4. Would you recommend us to another friend looking for a job at camp?
This is the ultimate question any business asks of a client, but should also ask of their staff. Would they recommend a friend to come work for you? Why or why not?
Giving the Exit Interview Online
In some cases, scheduling an exit interview in person isn’t feasible or isn’t something you are comfortable with doing. Maybe you have hundreds of staff, or maybe you’re more of a data person and want the results online and given anonymously.
While online survey tools or a Google Form can suit your purpose, your registration software is a great way to facilitate a post camp survey to staff. (It’s also a great way to manage staff applications for next summer!)
Below are some tips for facilitating an online exit interview.
- Decide if you want to give the survey anonymously or not. Then set up the form accordingly.
- Timing: Decide if you’d like to give the exit survey before camp is over or a few weeks after everyone has gone home. There are pros and cons to both options. The pro to having it done during camp is the staff is being paid for their time while completing it, which might mean more of them are inclined to spend some time on it. You also have them right there to complete it, whereas a few weeks after camp, you might not get a 100% response rate. However the end of camp might be stressful and staff hasn’t had a chance to reflect on the summer. In this case, waiting a few weeks might be good. It really depends on your staff and how you think you’ll get the best quality feedback.
- If you want to give the survey before camp is over, but don’t want to do so anonymously, you can choose to read answers only after camp is over and communicate this to your staff. This might take away some stress for staff associated with sharing any negative or critical feedback while still on the job.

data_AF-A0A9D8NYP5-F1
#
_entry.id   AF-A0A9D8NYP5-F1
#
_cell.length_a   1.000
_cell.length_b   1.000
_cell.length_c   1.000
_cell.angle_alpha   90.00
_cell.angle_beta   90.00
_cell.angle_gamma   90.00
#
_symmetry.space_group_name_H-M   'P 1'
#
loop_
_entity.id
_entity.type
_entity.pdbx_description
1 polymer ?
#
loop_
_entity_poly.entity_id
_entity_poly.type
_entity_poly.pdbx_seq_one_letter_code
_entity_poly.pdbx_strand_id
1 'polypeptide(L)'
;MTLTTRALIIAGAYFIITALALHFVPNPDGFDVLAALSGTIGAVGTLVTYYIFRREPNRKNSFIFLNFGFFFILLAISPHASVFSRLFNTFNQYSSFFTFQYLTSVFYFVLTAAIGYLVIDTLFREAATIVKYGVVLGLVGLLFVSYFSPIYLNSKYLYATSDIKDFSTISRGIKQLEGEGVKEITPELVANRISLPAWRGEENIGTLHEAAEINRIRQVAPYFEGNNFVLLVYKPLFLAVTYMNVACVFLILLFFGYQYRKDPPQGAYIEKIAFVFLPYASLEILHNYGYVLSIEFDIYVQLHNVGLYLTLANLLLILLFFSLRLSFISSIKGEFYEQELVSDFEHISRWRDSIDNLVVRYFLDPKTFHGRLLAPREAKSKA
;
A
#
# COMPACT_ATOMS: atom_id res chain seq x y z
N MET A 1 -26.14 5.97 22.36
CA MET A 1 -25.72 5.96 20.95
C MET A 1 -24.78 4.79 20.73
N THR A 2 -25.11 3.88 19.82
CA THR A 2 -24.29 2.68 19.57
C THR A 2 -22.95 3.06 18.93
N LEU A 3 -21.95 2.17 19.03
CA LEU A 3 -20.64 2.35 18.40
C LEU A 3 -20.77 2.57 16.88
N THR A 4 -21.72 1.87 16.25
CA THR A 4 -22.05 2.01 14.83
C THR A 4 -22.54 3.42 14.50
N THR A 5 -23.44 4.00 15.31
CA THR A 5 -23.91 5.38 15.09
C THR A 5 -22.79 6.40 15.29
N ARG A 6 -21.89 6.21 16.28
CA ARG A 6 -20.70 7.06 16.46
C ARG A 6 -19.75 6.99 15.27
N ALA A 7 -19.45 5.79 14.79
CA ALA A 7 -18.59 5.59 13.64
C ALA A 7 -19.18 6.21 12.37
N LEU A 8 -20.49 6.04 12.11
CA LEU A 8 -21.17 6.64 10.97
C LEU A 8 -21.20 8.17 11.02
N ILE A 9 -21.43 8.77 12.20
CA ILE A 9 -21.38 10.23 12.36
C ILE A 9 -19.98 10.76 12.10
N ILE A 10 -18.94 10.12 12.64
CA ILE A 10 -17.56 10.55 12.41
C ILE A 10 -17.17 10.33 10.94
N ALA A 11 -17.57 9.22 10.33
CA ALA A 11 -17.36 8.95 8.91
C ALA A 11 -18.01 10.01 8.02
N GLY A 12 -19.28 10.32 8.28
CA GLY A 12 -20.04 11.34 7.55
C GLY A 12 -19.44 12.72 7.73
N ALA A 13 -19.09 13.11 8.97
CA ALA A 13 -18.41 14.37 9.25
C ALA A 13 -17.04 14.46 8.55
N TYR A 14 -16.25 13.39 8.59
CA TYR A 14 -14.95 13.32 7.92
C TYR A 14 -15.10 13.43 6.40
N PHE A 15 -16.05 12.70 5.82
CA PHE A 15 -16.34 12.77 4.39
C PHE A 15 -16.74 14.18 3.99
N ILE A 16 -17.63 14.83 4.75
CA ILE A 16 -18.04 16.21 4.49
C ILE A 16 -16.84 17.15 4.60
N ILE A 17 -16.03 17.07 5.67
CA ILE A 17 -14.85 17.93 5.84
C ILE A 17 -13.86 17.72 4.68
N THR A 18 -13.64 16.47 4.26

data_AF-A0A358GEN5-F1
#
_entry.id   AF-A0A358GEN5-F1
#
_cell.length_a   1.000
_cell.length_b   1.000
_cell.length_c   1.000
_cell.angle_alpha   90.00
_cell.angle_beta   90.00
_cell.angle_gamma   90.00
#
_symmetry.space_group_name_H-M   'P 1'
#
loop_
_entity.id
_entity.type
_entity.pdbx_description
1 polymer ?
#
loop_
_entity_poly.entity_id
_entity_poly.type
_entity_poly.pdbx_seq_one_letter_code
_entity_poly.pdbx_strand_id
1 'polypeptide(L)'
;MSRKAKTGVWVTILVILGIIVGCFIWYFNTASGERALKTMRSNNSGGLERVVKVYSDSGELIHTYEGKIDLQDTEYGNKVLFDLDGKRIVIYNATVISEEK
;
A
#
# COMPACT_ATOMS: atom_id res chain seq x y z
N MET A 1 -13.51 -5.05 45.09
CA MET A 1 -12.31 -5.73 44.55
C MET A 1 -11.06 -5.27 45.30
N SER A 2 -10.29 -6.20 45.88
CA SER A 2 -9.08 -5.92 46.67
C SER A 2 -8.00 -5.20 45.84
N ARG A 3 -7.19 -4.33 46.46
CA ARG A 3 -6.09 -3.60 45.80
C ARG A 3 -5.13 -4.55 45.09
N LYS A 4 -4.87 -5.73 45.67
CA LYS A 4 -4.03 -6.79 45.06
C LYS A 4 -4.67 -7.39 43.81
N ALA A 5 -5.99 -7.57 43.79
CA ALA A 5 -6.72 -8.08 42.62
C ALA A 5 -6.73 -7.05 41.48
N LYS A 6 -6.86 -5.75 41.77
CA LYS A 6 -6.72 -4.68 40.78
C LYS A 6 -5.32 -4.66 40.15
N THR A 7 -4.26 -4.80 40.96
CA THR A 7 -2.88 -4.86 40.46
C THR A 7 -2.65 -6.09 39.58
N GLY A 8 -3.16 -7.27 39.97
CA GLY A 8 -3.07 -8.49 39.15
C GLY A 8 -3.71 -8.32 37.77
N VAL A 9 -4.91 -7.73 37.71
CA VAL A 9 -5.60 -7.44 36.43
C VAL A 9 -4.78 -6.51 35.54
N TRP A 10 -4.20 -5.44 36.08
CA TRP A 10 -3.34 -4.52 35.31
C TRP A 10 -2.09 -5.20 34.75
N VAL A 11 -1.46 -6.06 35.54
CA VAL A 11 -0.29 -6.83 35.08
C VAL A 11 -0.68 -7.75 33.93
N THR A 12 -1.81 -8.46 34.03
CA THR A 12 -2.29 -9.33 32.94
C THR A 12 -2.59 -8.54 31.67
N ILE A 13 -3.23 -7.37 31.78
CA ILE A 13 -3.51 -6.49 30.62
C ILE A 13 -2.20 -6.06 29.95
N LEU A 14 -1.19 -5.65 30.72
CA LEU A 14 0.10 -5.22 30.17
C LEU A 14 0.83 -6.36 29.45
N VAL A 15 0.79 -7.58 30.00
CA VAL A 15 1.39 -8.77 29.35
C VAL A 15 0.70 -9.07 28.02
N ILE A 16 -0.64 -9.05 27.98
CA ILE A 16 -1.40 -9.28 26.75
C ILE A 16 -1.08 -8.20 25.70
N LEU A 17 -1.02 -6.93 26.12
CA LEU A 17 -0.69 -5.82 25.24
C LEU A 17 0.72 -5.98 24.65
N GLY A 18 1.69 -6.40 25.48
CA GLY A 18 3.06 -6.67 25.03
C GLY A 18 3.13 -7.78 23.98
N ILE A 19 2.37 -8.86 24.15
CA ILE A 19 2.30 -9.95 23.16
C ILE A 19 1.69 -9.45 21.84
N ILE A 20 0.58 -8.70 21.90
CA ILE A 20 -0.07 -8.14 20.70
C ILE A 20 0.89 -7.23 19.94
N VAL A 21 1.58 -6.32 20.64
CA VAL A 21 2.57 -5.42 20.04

- Make sure to ask a mix of quantitative and qualitative questions. Questions like “On a scale of 1-10” are great for running stats and measuring the health of your camp from a staff perspective. Numbers are also great for comparing year to year to see any trends. Qualitative questions will give you more “meat” to work with and gain real insight into how your staff did this past season.
Final Thoughts: Exit Interview Tips
In addition to preparing these questions above, keep in mind a few more things:
Decide how long you want your interviews to be and stick to that. This helps with scheduling them, and it’s good to set a firm standard for all staff regarding exit interviews.
Ensure you are creating a comfortable environment. You will be asking some tough questions. Questions like how you might have fallen short as their manager and how you can improve. It can be tough for camp counselors and other camp staff to feel comfortable sharing some negative comments with a superior. Acknowledge this and set the tone for honesty and no judgement.
Make sure you do this consistently for all staff, and every year. The data you receive is invaluable, but the consistency shows that you are serious about feedback. It also sets an expectation for staff that they should be thinking thoughtfully about their time over summer.
Good luck and have some great conversations!